Wednesday, October 14, 2009

Not appropriate for stock

I shot this yesterday while my kids played at the playground. Instantly, I fell totally in love with the shot, but, I won't be uploading it as stock. I've had sufficient bug and critter image rejections over the past month to know not to bother. The fact that the picture won't be making me any money doesn't make me love it any less. In fact, I kinda like that this one was "just for me".

The experience serves as both a reminder and an inspiration. When I'm shooting for stock, I've got to focus on creating useful images. But, while I'm at it, why not also try for images that mean something? Looking over my portfolio, if I'm completely honest with myself, I see a lot of pretty boring, uninspired work. (Yeah, I know, I'm a great salesman and marketer...) But, how many of the images in your portfolio do you love? How many inspire you?

Maybe this is part of the journey. First, create acceptable images. The agencies can't sell what they don't accept... Get the technicals down, learn to use the gear, learn to light, learn to work with models, etc. Then, begin to work at creating what will sell. Maybe getting really good at this step is all you need to be successful. But, I think to be really happy, I need something more. Strive for some meaning in the images. Inspire emotion, tell stories, go for an occasional wow. I'm not there, and maybe I never will be, but I've got to try.

Monday, October 12, 2009


As I frequently think about what piece of gear I *need* to buy next, I thought I'd have a look at the stuff I've already bought. A while back I listed approx $10k in camera, lenses, light modifiers, strobes, flashes, and various other gear. While I use just about all of this stuff, my stated goal here is to use the gear to take pictures, which I then sell as microstock to pay back the cost of the gear. The following is a look at what portion of my purchases are being put to use.

My typical stock shoot setup uses the following:

1 kid, shot on 104-inch-wide white seamless. $160 for the paper and the stands to hold it.
2 AlienBee 400s to light the background, on cheap stands with umbrella reflectors. $580
3 sheets of fiberglass panel to make a durable, white, glossy floor. $90
AlienBee 400 in a 64" PLM umbrella, in a softbox configuration on a cheap stand. $350
48" Reflector on a reflector stand as fill. $100
Tripod and ball head $235
D90 $1000
Nikon 80-200 2.8 $1300 (I love this lens in my current garage studio!)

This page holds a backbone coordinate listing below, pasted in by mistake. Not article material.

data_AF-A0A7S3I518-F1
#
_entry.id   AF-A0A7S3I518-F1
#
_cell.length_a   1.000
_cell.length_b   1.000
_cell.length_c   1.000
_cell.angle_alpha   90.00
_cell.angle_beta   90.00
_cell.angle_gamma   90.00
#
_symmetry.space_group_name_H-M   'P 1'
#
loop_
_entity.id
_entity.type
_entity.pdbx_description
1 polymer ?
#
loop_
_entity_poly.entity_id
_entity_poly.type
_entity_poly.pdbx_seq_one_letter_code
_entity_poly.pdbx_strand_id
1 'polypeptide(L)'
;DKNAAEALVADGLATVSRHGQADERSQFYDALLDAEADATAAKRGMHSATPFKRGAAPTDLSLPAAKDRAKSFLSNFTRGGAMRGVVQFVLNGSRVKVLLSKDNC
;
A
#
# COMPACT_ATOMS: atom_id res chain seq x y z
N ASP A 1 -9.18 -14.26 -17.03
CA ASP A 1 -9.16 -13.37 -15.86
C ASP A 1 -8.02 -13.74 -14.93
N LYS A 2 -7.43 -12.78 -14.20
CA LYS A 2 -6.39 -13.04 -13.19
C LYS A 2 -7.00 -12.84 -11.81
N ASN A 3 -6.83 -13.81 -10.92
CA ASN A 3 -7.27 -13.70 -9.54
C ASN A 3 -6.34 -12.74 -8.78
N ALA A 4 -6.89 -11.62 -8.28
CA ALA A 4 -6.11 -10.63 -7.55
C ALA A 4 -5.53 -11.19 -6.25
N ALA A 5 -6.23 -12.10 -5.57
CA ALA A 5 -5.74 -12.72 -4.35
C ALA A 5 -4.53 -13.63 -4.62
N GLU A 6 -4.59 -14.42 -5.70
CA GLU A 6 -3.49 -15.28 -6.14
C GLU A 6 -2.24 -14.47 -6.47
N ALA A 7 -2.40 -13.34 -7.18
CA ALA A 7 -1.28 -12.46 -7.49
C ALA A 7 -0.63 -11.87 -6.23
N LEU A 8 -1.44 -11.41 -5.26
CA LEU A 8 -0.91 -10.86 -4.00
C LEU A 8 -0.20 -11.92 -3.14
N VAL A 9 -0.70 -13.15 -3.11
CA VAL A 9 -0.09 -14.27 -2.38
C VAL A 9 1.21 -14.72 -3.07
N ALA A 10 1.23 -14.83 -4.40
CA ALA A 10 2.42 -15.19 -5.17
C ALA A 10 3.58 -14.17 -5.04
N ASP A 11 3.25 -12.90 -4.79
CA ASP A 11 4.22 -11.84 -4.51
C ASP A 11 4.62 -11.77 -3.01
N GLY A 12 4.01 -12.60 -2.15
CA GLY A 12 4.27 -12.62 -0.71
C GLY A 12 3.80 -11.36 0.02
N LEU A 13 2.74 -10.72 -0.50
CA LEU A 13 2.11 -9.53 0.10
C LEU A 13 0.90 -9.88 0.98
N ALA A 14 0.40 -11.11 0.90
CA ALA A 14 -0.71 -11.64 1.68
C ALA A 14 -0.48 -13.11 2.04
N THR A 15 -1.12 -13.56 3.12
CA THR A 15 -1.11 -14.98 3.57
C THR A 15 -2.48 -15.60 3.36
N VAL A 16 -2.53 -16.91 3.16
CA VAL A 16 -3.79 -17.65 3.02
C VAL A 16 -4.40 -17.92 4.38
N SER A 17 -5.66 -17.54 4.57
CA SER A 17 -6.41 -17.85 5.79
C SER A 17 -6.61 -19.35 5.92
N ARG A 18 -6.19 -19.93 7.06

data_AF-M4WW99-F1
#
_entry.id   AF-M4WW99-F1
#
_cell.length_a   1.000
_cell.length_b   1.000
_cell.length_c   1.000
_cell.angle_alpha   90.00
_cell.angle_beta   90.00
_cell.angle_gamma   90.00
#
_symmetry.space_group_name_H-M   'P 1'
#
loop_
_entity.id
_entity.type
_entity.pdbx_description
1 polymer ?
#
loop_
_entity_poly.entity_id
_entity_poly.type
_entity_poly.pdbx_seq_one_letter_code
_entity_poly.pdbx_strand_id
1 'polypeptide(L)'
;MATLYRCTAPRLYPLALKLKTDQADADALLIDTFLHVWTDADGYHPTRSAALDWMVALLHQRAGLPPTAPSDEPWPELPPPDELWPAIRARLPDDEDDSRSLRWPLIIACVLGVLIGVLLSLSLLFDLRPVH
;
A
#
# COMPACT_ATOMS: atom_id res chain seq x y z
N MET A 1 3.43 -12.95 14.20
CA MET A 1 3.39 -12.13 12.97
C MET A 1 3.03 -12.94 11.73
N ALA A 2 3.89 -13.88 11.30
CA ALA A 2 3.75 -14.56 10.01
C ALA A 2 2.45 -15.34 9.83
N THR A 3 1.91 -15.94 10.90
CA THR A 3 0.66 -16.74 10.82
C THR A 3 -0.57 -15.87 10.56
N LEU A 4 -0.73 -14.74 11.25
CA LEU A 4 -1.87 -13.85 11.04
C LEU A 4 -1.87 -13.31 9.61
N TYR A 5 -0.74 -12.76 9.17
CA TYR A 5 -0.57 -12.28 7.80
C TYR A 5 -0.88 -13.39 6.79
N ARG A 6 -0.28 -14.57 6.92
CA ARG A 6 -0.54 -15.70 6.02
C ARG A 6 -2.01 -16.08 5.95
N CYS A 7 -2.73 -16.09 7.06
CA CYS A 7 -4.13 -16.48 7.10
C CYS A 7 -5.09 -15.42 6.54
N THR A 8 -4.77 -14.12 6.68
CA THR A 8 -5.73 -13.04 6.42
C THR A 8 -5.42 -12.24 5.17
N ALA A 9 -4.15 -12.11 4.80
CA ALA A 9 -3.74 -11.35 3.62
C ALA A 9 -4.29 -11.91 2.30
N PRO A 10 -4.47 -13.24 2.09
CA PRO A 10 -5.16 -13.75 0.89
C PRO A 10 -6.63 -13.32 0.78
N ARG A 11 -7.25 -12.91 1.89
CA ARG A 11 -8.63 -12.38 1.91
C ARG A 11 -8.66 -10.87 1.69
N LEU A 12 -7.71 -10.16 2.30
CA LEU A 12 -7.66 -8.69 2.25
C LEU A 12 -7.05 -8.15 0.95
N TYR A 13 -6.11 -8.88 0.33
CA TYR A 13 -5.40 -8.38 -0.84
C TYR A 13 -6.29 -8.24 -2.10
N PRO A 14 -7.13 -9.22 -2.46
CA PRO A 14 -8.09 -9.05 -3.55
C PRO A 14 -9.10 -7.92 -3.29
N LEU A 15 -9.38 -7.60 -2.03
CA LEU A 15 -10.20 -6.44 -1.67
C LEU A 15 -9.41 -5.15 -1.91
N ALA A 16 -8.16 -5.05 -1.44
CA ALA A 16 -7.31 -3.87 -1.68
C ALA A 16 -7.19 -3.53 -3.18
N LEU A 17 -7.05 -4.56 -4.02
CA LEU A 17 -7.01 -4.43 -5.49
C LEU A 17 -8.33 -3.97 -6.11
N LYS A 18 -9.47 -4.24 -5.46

That's $3800! It would seem I've spent a lot on gear that isn't going to help with the cause here... If I only knew then what I know now, I may have chosen differently.

I definitely love some of the "other $6200" stuff. My Nikon 17-55 2.8 DX is an awesome walkaround lens, and is almost always on my D90, except when I'm in the garage shooting stock. I love taking pictures of bugs, so the 60mm Micro is also a lot of fun. My 2 SB-600's work great with the D90's CLS, I just don't use them to shoot much stock.

Overall, the stuff that is hopefully going to pay the bills and the fun toys were purchased at a roughly 40:60 ratio. I wonder how that compares to others' experience.

In the future, I'll have to weigh how much I want something against how likely I'll be to use it to generate income. Or maybe I need to separate the "toy" budget from the "tool" budget. A 4th strobe would be a nice next "tool", whereas a 200mm f4 Micro would be a totally awesome next "toy"!

Wednesday, October 7, 2009

Lightboxes and Organization

There's a lot I like about, but my favorite feature of the day is the ability they give their contributors to organize and present their content in Lightboxes. I've only begun to take advantage of the feature, as it does take some work. But, now that I have enough images uploaded that grouping them makes sense, it was time.

I started with images of Jessica. I wanted anyone looking at one of her images to have an easy link to the others, so I added them all to a lightbox. (Basically, a subset of my images, managed on the contributor pages at iStock.) Then, I created the following graphics:

I did have to host the images somewhere, so I used my own domain, but I assume photobucket or other free options would also work. Since iStock allows uucode embedding into image descriptions, all I had to do was edit every image of Jessica, adding code to each of them that looks like:


Next steps: more lightboxes, by theme and by model.

Monday, October 5, 2009


When iStock rejects a submission, I usually try to determine if I can fix the problem. Recently I figured out what "The execution of isolation contains stray areas that are either too feathered or rough." meant. I spent last weekend fixing almost every image rejected for this reason in the past few months. But, resubmitting a rejected image to iStock uses up a second upload slot. (It is also way more painful than initial submissions using DeepMeta) So, I have to decide for each one: Do I resubmit the corrected image, or do I shoot something new and submit that?

I've resubmitted two out of a dozen or so, but I'll probably save the others. I don't think I'll have too much trouble keeping a full queue of 15 new images each week. Maybe someday they'll raise the limits, and I'll have room for these oldies. In the meantime, these rejected images are up and selling at Shutterstock and Fotolia. (Every agency is picky in their own special way- this particular problem is really only an issue at iStock. It's pretty hard to detect, and the other sites either didn't catch it or don't care.)

What do you do with your rejects? Fix 'em and resubmit, or abandon them?

The image above was rejected because some lettering was visible on the buttons of her shirt, not a full brand name or logo, though. I cloned out these letters and did resubmit this one, since I like it a lot.